Making Sense Of The NumbersDo you want more professional prognostications for 2021 and more expert analysis? Let’s do it. A January 2021 study from ATTOM Data Solutions, they’re a real estate research firm. They say ownership is a better deal than renting despite rapidly escalating home prices over the last few months. Owning a medium-priced three-bedroom home is more affordable than renting a three-bedroom property in 63% or 527 of the 915 US counties analyzed. Sixty-three percent of the counties, it was actually better and more financially efficient for you to be owning instead of renting. Todd Teta, the Chief Product Officer with ATTOM Data Solutions said this, “Home prices are rising faster than the rents and wages and a majority of the country, yet homeownership is still more affordable as amazingly low mortgage interest rates that drop below 3% are helping to keep the cost of rising home prices in check. It’s startling to see that kind of a trend. It shows how the cost of renting has been relatively high compared to the cost of homeownership. Right now, owning a home still appears to be a financially sound choice for those who can’t afford it.” Homeownership was found to be the most affordable in counties with populations of less than 1 million and particularly even more affordable in counties with a population of less than 500,000. That’s what the study showed. The more affordable homeownership markets tend to be located in the South of the Midwest and the least affordable tend to be in the West and the North East. Here’s a couple of samples for you to let you know about some areas of the country that are affordable compared to renting. St. Louis County, Missouri, Pinellas County by Tampa in Florida, Milwaukee County, Wisconsin, Marin County, Indianapolis, Indiana and Shelby County in Memphis, Tennessee. That’s to name a few. Sam Khater from Freddie Mac, he’s their Chief Economist. He said this, “The housing market continues to surge higher and support an otherwise stagnant economy that has lost momentum in the last couple of months. Mortgage rates are at record lows and pushing many prospective home buyers off of the sidelines and into the market. Purchase demand shows no real signs of waning at all heading into next year.” There’s a bunch of stuff that I read about and a whole bunch of things regarding the GDP and the basic economic growth and all kinds of stuff. There’s a little one that I want to mention. The unemployment rate continued to actually drop through COVID as more people returned to work. The other big thing is remote work became a more common practice. People are getting back to work with low-interest rates. That means monthly payments are even lower. If you’re one of the lucky folks who are back to work and your job is there or you’re an essential worker or something like that, ultimately, you’re finding an increase in buyer’s home affordability. The pandemic sucked. It’s sucked worse than Jar Jar Binks, sucked worse than Sonic the Hedgehog’s teeth. It sucked worse than Cats the movie. It sucked worse than all those things combined. 2020 might’ve gotten us all a little salty, however, the overall real estate market weathered that storm. It looks set to continue to flex in 2021. It’s crazy.
Bleak ProjectionsLet’s make this fair and balanced. How about some bleaker projections? Here’s the thing. I did the research for you and me and it was super hard for me to find anyone being negative on the internet. I told you I’d put the work in for you because I care. I had to dig deep. I found some people online that were excited to bitch to me. The numbers can be interpreted in many different ways. It’s easy to take the data and skew it however you want to. Here are some of the more rational, negative data that I saw that actually could be something that you need to put into your thinking cap and figure out what’s right for you. In every other recession since the height of interest rates in 1981, whenever we had a recession, the trick that they would do is would lower mortgage interest rates to spur the economy, give it a little kick in the butt. Based on history, this strategy worked well and it helped pull us out of the recessions that we’ve had in the past. In this current recession, we can’t use mortgage interest rates to get us out of the COVID recession. The rates are already on the floor. Combine this fact with the uncertainty of our future, where the only thing we know for sure is that change is inevitable and who’s too if we should be expecting that inevitable change to be positive. It could be time to run for the bunker, cash out your Bitcoins, sell your sneaker collection, buy lots of toilet paper and canned food. Here’s another one. What about this? The question is will robust house-buying power be enough to offset the price appreciation? In other words, your low-interest rate means you can buy a big house but if the price keeps going up, when do you get priced out of it? How does it work? According to Redfin, half of the renters out there express some optimism about the housing market in 2021. They may be drawn to record low mortgage rates and the possibility of greater inventory as the vaccine comes out and we come into the summer months but renters hoping to become first-time homebuyers are also more discouraged by rising prices and too much competition. Many first-time buyers are being priced out of the housing market as inventory shortages persist. Adding to the woes, those prices have continued to rise. Our buddy, Larry, Mr. Yun, he told this to Newsweek, that’s a magazine. “People who can work from home or have exposure to the stock market have done well in 2020. Those on the front lines at restaurants, hotels and grocery stores who tend to be renters, have not. Housing affordability, which has greatly benefited from falling mortgage rates, is now being challenged due to record-high home prices. That could put a strain on some potential consumers, particularly first-time home buyers.” Do me a favor, search the internet and try to find somebody else who’s quoting to you that the leading economist from the National Association of Realtors is telling you that it’s going to be tough for first-time homebuyers. You’re going to read it all here. That’s both sides, real data, no BS sales pitch. I’m giving it to you straight. Knowledge is power and I want to give it to you all because when you take in the big picture, you’re going to be able to figure out exactly what’s going to work best for you. My biggest takeaway from being your super-nerd research boy locked in the basement is this. Most economists see the low-interest rates in high demand, continuing in this rising market, going for maybe another couple of years. A lot of that has to do with the Feds keeping the rates low. What does that mean for you? Is that good or bad if you’re trying to get in the market? Here’s a little thing to think about. I hear lots of first-time buyers telling me they want to try and time the market to buy for cheaper. Remember what I told you, if you’re trying to time then you have to get a time machine and go back to 2008, ‘09, ‘10 and ‘11. Remember, this purchase, it’s different than any other one that you make because you already pay for housing every month and you get nothing to show for it as a renter. This is not like if you go on Amazon and click one of those apps, Honey or now Capital One has one that’ll tell you when the price drops. It’s not something that you haven’t bought yet and you can buy whenever. This is something that you’re already paying for every month because you pay rent. Think of it this way, if we believe the economists and why not, after all, can you imagine the sacrifice those people had to make, being an Economics major in college? If you’re trying to time your first home purchase when prices are low, you would need a time machine to take you back to 2008-2011. Click To Tweet I’m sure that their get-togethers were not the Campus Rangers. They say that the very top, it might be a few years away. For you, consider the fact that it might be worth getting in the fight to get in there in 2021. If you can or at least if you can start your plan to get ready towards the middle of the end of the year, at least you can catch some of the remaining appreciation before the market starts to plateau or flatten out. If you try to time it, if you’re waiting for it to come back down, here’s the reality of that calendar. This is how it works. First, January 2021, you wait. Maybe the market two years of going up then one year flat and then two years of going down to get right back to where we are in January 2021. Five years that you spent paying rent, putting no money into an asset that you own yourself. Instead, you’re actually paying for the landlord’s asset and not to mention each year you missed out on $5,000, $6,000, $7,000, maybe $10,000 worth of tax benefits. That’s the mortgage interest tax deduction. If you don’t know what that means, go back to Episode 27. Five years, your break, even you spend all that money and you didn’t get any of the tax benefits. Who knows where mortgage interest rates are at that time? You have to wait 2 or 3 more years to get the big discount that you were looking for while you were trying to time the market. That’s 7, 8 years of renting and burning money and buying in. Who knows where the heck we’re going to be in 7, 8 years? 2020 ended. What the heck were you doing in 2012? It’s not like we could figure things out and it’s not like we have any way to predict what’s going to be happening in the future. The pandemic didn’t do the huge price drop that you were hoping for. I’m supposed to be Captain Positive telling you it’s going to be tough to buy a home in 2021 with all the competition and rising prices. That was happening all 2019, too. Home sales increased during a freaking global pandemic. Did 2020 hurt first-time homebuyers? No. As a matter of fact, the market share of first-time homebuyers stayed pretty much where it always is, right around 32%. That’s exactly equal from 2020 to 2019. We’re always somewhere between that 31% to 34% over the past few years and those buyers in the average number of first-time buyers, took advantage of the lowest rates in history. At the time, they were the lowest at 3.39%. That historically low rate in 2019, it’s being crushed by nowadays’ rates. The Federal Reserve is going to be doing all they can to help keep it there for a while. Jump in. Forget the prices. I don’t mean forget the prices but forget the prices. The rate is what gets you more for your money. Think of it this way, the same $200,000 house would’ve cost you $139 more per month if you bought it with 2019’s rate compared to 2021’s rate. A $400,000 house would’ve been $270 more a month. You can buy more homes or perhaps maybe you could buy the exact same amount of homes to make up for the fact that the prices have gone up in a year. I could have bought that home. I can buy the same home for the same monthly payment because the interest rates are lower. If you don’t understand that, go back and think about it again. You can buy the same house even if the price has gone up for the same monthly payment you would have paid in 2019 because your interest rate would have been 3.39%. Now your interest rate might be 2.66%, 2.75%, who knows? You might be reading this a few years from 2021 and all these numbers don’t mean squat. Open your mind and your positive energy to be a 2021 success story. Listen to the facts, listen to the data, check this out. This is a DM I got from a listener as I was getting ready to put my notes together for the show. January 18th, 2021, the listener of the podcast says, “David, I wanted to thank you. You gave me, a 25-year-old hairstylist, the confidence to buy a home during a pandemic. Thank you so much for making the numbers in the process not so scary. I started listening to your podcast at the end of September 2020 and I closed on my little dream home. I truly wouldn’t have thought I could do it if I didn’t find your podcast. My mortgage, home insurance, mortgage insurance and taxes are $100 less than my current rent.” Let me preach that again. Hallelujah. Can I get an amen? I can’t think of a better place to end this quote, unquote Fest. If you haven’t written a review and you found this information helpful, please help others find it by taking a few minutes to give it five stars. If you could write a short review, write anything, even one sentence. The more reviews, then the more that we get, the more people that can help find us and get the inspiration and the real information that they so desperately need. My hairstylist found me because the show was moving up on the charts because we got the reviews and the stars. Please get on there, help us get out there and help more people. If you want specific help hit me up anytime on Instagram, it’s @DavidSidoni and there’s a private Facebook page for readers at the How to Buy A Home page, How To Buy A Home on Facebook. You can also find David Sidoni on YouTube and Twitter. Soon I expect to be popping on Instagram reels. You can check that craziness out. Thanks for being here. Remember, you let me handle all the boring research. You just read and reach out to me if you need help and you want to start a plan. I can give you some specific tips to get on your way because I believe in you. You can do this.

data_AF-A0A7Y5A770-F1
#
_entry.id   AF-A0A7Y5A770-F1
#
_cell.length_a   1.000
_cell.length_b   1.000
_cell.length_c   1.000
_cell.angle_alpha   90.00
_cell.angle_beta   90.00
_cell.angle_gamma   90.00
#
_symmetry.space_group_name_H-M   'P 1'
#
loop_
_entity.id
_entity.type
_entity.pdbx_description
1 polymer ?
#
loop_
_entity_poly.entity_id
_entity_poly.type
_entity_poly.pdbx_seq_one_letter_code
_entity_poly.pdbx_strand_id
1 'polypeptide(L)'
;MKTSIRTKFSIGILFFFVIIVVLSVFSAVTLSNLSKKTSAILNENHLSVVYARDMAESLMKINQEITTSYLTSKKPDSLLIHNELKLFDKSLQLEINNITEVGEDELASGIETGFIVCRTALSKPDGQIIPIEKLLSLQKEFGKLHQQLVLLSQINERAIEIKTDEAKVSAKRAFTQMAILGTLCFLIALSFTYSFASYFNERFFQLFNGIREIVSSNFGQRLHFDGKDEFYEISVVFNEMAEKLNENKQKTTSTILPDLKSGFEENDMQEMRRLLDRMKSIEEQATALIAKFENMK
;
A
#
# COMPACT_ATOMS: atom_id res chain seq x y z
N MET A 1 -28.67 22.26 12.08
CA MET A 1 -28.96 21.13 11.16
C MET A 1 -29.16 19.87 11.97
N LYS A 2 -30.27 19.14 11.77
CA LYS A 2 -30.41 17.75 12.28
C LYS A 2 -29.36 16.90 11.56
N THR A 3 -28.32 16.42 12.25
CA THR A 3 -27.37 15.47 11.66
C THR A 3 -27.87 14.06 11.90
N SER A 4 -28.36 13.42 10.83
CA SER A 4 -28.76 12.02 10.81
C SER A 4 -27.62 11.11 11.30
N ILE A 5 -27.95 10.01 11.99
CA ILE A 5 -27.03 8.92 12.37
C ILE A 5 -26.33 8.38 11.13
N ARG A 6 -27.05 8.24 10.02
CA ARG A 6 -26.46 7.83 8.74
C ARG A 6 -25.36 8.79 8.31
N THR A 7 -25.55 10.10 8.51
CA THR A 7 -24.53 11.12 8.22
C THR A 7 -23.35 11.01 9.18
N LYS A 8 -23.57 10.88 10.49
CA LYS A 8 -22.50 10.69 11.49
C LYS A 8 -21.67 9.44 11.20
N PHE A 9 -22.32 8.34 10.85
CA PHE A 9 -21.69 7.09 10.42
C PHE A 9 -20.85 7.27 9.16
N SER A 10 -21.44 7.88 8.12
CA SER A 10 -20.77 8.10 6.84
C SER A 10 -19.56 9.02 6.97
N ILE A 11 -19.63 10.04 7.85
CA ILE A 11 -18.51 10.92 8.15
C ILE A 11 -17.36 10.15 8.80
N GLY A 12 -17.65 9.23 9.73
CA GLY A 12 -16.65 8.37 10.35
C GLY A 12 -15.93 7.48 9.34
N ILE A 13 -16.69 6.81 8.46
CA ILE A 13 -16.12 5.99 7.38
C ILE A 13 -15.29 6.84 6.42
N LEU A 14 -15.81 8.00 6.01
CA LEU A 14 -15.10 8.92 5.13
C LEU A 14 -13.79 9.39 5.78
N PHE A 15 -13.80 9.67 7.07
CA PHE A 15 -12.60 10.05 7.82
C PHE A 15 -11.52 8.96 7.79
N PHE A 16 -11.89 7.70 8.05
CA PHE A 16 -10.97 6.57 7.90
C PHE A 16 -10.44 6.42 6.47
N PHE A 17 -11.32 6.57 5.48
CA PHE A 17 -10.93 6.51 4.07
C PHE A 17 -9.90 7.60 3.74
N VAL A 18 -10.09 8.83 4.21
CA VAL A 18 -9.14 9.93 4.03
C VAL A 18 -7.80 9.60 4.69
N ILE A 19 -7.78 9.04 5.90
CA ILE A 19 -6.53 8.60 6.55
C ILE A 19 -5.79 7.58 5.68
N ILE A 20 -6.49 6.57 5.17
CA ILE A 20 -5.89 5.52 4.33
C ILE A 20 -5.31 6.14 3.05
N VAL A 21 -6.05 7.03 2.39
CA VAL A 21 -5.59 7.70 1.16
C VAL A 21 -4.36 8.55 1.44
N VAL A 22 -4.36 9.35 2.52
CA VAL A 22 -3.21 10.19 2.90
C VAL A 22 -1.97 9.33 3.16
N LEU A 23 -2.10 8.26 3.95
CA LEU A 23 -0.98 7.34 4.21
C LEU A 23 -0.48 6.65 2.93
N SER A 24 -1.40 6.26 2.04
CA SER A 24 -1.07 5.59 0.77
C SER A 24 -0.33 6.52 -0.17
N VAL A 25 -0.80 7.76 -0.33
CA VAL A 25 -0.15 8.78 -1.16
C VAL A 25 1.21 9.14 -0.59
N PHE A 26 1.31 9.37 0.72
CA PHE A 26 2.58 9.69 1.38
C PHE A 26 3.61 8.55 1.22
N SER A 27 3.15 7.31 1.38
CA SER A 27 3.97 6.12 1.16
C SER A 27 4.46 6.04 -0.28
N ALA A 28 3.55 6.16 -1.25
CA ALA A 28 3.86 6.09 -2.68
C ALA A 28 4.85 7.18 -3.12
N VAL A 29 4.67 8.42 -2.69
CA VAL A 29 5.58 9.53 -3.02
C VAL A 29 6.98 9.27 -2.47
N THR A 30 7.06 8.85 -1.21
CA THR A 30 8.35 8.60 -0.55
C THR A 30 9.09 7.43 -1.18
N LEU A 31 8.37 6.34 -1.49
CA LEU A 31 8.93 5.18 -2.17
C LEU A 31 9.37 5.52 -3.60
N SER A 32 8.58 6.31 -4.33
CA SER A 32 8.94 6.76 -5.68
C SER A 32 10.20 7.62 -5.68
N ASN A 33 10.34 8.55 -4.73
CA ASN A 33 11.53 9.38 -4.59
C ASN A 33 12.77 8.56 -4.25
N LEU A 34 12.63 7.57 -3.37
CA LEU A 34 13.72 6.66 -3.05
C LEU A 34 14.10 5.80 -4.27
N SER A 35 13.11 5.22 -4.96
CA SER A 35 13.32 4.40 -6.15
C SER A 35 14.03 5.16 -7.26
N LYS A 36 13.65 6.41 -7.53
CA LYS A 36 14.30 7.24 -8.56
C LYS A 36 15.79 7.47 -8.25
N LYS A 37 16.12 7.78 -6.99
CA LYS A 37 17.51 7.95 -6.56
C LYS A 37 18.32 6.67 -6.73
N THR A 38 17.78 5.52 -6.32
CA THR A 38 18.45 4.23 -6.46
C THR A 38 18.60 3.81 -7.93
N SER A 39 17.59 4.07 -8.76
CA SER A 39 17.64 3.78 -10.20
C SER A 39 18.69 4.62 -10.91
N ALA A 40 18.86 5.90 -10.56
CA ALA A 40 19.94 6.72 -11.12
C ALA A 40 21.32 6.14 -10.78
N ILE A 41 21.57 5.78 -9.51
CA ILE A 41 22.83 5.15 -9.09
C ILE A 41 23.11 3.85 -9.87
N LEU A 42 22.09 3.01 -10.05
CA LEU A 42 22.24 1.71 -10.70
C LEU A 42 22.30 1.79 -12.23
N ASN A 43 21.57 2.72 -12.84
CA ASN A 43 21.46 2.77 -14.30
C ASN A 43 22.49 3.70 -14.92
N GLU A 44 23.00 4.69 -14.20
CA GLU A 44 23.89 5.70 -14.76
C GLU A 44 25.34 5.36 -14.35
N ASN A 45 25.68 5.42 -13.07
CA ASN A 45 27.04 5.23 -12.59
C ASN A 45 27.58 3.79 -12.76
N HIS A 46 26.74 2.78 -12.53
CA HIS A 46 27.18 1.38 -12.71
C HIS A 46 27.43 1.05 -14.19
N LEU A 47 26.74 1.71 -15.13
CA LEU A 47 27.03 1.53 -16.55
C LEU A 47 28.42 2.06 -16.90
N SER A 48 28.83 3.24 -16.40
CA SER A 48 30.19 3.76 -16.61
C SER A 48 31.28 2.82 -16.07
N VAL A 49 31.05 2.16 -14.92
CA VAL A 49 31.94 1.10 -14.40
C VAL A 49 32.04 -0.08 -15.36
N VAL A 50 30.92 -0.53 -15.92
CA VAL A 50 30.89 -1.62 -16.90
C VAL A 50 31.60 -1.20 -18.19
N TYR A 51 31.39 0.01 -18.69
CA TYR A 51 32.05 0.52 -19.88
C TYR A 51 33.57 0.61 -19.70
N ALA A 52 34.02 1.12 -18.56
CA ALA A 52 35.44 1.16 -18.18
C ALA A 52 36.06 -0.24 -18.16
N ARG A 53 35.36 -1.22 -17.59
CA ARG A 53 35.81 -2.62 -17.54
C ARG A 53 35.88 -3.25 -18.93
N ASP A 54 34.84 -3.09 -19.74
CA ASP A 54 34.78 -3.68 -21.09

- Episode 34 – How First Time Home Buyers Were Affected By COVID In 2020 – Part 1
- Episode 35 – How First Time Home Buyers Were Affected By COVID In 2020 – Part 2
- Lawrence Yun – LinkedIn
- Robert Dietz – LinkedIn
- Mark Fleming – LinkedIn
- Brian Buffini – LinkedIn
- Michael Sklarz – LinkedIn
- Odeta Kushi – LinkedIn
- Todd Teta – LinkedIn
- Episode 27 – How To Financially Prepare To Buy Your First Home – Part VII
- @DavidSidoni – Instagram
- How To Buy A Home – Facebook
- YouTube – David Sidoni & Associates Real Estate
- Twitter – David Sidoni